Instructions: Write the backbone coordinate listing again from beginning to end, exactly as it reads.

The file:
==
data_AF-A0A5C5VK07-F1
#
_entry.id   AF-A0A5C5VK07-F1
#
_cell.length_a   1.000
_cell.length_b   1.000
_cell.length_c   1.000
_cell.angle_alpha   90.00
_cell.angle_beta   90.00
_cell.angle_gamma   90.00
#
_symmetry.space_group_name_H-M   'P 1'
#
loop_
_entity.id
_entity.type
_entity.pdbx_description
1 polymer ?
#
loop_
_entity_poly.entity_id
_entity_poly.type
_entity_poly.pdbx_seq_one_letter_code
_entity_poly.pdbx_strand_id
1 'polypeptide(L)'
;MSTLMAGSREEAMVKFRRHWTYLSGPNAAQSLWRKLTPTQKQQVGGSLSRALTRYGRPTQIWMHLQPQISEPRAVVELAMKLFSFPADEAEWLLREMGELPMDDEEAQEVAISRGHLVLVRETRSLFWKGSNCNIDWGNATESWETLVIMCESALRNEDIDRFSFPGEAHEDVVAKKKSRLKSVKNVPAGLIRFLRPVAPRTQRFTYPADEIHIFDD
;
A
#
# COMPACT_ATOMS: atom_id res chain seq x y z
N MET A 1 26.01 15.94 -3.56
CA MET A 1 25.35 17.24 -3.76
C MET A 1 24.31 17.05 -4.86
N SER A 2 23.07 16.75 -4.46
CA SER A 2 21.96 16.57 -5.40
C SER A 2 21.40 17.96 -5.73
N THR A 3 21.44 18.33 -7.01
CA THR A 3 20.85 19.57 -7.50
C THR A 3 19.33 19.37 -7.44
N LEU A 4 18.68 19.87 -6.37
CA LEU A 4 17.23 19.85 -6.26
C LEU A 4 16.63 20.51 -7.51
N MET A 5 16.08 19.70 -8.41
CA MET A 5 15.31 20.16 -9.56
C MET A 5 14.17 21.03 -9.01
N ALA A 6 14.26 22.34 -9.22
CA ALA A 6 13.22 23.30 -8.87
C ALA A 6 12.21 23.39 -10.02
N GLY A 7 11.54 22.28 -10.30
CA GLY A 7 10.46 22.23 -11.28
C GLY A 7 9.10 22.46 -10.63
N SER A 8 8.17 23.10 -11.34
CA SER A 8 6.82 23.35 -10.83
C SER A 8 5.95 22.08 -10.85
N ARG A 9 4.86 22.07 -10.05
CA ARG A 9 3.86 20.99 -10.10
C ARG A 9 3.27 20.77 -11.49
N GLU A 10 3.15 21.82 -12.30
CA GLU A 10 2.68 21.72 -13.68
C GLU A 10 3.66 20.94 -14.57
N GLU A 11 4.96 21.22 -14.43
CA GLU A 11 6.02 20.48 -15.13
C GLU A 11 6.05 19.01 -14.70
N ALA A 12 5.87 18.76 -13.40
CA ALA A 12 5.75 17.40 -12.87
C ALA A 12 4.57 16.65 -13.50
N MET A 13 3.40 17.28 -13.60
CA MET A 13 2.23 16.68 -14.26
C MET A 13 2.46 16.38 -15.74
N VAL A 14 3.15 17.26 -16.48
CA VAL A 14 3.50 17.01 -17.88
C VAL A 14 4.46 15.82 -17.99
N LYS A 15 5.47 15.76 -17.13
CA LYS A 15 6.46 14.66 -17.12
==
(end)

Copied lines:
data_AF-A0A5C5VK07-F1
#
_entry.id   AF-A0A5C5VK07-F1
#
_cell.length_a   1.000
_cell.length_b   1.000
_cell.length_c   1.000
_cell.angle_alpha   90.00
_cell.angle_beta   90.00
_cell.angle_gamma   90.00
#
_symmetry.space_group_name_H-M   'P 1'
#
loop_
_entity.id
_entity.type
_entity.pdbx_description
1 polymer ?
#
loop_
_entity_poly.entity_id
_entity_poly.type
_entity_poly.pdbx_seq_one_letter_code
_entity_poly.pdbx_strand_id
1 'polypeptide(L)'
;MSTLMAGSREEAMVKFRRHWTYLSGPNAAQSLWRKLTPTQKQQVGGSLSRALTRYGRPTQIWMHLQPQISEPRAVVELAMKLFSFPADEAEWLLREMGELPMDDEEAQEVAISRGHLVLVRETRSLFWKGSNCNIDWGNATESWETLVIMCESALRNEDIDRFSFPGEAHEDVVAKKKSRLKSVKNVPAGLIRFLRPVAPRTQRFTYPADEIHIFDD
;
A
#
# COMPACT_ATOMS: atom_id res chain seq x y z
N MET A 1 26.01 15.94 -3.56
CA MET A 1 25.35 17.24 -3.76
C MET A 1 24.31 17.05 -4.86
N SER A 2 23.07 16.75 -4.46
CA SER A 2 21.96 16.57 -5.40
C SER A 2 21.40 17.96 -5.73
N THR A 3 21.44 18.33 -7.01
CA THR A 3 20.85 19.57 -7.50
C THR A 3 19.33 19.37 -7.44
N LEU A 4 18.68 19.87 -6.37
CA LEU A 4 17.23 19.85 -6.26
C LEU A 4 16.63 20.51 -7.51
N MET A 5 16.08 19.70 -8.41
CA MET A 5 15.31 20.16 -9.56
C MET A 5 14.17 21.03 -9.01
N ALA A 6 14.26 22.34 -9.22
CA ALA A 6 13.22 23.30 -8.87
C ALA A 6 12.21 23.39 -10.02
N GLY A 7 11.54 22.28 -10.30
CA GLY A 7 10.46 22.23 -11.28
C GLY A 7 9.10 22.46 -10.63
N SER A 8 8.17 23.10 -11.34
CA SER A 8 6.82 23.35 -10.83
C SER A 8 5.95 22.08 -10.85
N ARG A 9 4.86 22.07 -10.05
CA ARG A 9 3.86 20.99 -10.10
C ARG A 9 3.27 20.77 -11.49
N GLU A 10 3.15 21.82 -12.30
CA GLU A 10 2.68 21.72 -13.68
C GLU A 10 3.66 20.94 -14.57
N GLU A 11 4.96 21.22 -14.43
CA GLU A 11 6.02 20.48 -15.13
C GLU A 11 6.05 19.01 -14.70
N ALA A 12 5.87 18.76 -13.40
CA ALA A 12 5.75 17.40 -12.87
C ALA A 12 4.57 16.65 -13.50
N MET A 13 3.40 17.28 -13.60
CA MET A 13 2.23 16.68 -14.26
C MET A 13 2.46 16.38 -15.74
N VAL A 14 3.15 17.26 -16.48
CA VAL A 14 3.50 17.01 -17.88
C VAL A 14 4.46 15.82 -17.99
N LYS A 15 5.47 15.76 -17.13
CA LYS A 15 6.46 14.66 -17.12